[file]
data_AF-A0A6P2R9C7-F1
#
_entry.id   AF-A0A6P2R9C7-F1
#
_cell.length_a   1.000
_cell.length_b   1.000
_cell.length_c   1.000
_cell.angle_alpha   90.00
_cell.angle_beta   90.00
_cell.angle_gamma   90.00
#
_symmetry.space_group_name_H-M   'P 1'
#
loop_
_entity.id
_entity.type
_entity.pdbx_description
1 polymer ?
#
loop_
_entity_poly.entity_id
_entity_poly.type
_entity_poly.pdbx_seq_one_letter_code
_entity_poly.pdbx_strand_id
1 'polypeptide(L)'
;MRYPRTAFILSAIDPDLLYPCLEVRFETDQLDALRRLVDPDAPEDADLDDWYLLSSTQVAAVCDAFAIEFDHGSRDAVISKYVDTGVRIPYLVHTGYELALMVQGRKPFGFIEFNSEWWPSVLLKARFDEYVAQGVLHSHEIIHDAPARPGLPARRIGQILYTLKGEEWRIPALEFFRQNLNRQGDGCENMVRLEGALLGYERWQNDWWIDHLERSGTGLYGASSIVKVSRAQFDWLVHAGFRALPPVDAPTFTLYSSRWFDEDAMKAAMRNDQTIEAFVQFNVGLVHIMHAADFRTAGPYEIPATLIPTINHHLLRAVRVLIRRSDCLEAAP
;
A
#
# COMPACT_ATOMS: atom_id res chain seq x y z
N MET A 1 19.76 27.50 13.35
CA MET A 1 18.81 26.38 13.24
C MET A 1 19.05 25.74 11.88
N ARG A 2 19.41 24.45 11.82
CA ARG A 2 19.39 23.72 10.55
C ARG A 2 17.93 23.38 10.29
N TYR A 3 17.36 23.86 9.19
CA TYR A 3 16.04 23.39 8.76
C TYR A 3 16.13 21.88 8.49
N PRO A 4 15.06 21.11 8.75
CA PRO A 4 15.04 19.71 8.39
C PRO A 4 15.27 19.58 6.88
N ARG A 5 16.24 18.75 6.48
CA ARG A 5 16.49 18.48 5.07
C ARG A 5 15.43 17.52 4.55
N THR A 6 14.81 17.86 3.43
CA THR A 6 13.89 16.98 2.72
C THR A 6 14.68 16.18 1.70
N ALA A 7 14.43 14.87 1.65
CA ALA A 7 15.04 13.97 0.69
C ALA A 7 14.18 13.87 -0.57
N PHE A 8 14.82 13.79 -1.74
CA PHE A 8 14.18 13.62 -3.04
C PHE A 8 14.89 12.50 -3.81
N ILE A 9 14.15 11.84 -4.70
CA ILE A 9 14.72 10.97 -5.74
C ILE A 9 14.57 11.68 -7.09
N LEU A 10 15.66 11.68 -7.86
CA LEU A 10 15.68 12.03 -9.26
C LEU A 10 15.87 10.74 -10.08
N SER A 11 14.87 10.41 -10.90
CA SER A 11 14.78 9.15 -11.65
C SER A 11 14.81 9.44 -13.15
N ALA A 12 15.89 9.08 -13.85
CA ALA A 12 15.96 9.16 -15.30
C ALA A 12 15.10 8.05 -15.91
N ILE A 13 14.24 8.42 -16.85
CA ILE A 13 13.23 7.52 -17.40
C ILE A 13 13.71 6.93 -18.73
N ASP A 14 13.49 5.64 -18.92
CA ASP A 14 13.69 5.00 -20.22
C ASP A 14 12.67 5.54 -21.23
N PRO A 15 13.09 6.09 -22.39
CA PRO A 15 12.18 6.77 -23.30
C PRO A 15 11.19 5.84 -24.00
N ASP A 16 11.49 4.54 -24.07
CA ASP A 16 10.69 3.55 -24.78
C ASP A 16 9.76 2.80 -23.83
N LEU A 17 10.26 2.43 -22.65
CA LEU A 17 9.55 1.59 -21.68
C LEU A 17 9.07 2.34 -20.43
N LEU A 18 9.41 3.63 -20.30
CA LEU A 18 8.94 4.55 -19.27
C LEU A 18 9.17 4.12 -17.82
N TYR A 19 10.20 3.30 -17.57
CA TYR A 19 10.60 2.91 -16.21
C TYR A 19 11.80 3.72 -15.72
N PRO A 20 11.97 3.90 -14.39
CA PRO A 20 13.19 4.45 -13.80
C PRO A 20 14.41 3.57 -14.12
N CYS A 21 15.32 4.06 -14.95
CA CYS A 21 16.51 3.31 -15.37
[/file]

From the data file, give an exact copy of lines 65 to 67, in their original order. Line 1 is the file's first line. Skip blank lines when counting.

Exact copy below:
CA ALA A 12 15.96 9.16 -15.30
C ALA A 12 15.10 8.05 -15.91
N ILE A 13 14.24 8.42 -16.85